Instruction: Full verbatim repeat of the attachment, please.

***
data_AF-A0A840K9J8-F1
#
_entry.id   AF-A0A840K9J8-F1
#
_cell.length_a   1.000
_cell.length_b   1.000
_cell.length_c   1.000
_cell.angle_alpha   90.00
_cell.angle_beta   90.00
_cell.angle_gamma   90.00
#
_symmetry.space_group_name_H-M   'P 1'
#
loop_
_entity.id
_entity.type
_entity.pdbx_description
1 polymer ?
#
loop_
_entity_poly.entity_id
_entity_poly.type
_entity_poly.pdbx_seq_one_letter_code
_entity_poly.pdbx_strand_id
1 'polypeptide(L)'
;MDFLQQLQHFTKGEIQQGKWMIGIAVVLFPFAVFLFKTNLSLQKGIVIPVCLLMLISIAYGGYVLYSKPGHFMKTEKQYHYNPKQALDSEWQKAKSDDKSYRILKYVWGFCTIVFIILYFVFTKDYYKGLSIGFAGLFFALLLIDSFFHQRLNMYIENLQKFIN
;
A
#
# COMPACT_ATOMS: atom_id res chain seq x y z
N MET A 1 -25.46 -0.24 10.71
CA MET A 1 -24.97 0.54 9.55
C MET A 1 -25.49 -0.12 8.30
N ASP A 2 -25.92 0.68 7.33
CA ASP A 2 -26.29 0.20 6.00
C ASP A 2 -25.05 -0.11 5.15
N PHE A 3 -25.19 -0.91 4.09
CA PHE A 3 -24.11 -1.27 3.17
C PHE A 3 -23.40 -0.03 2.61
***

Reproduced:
data_AF-A0A840K9J8-F1
#
_entry.id   AF-A0A840K9J8-F1
#
_cell.length_a   1.000
_cell.length_b   1.000
_cell.length_c   1.000
_cell.angle_alpha   90.00
_cell.angle_beta   90.00
_cell.angle_gamma   90.00
#
_symmetry.space_group_name_H-M   'P 1'
#
loop_
_entity.id
_entity.type
_entity.pdbx_description
1 polymer ?
#
loop_
_entity_poly.entity_id
_entity_poly.type
_entity_poly.pdbx_seq_one_letter_code
_entity_poly.pdbx_strand_id
1 'polypeptide(L)'
;MDFLQQLQHFTKGEIQQGKWMIGIAVVLFPFAVFLFKTNLSLQKGIVIPVCLLMLISIAYGGYVLYSKPGHFMKTEKQYHYNPKQALDSEWQKAKSDDKSYRILKYVWGFCTIVFIILYFVFTKDYYKGLSIGFAGLFFALLLIDSFFHQRLNMYIENLQKFIN
;
A
#
# COMPACT_ATOMS: atom_id res chain seq x y z
N MET A 1 -25.46 -0.24 10.71
CA MET A 1 -24.97 0.54 9.55
C MET A 1 -25.49 -0.12 8.30
N ASP A 2 -25.92 0.68 7.33
CA ASP A 2 -26.29 0.20 6.00
C ASP A 2 -25.05 -0.11 5.15
N PHE A 3 -25.19 -0.91 4.09
CA PHE A 3 -24.11 -1.27 3.17
C PHE A 3 -23.40 -0.03 2.61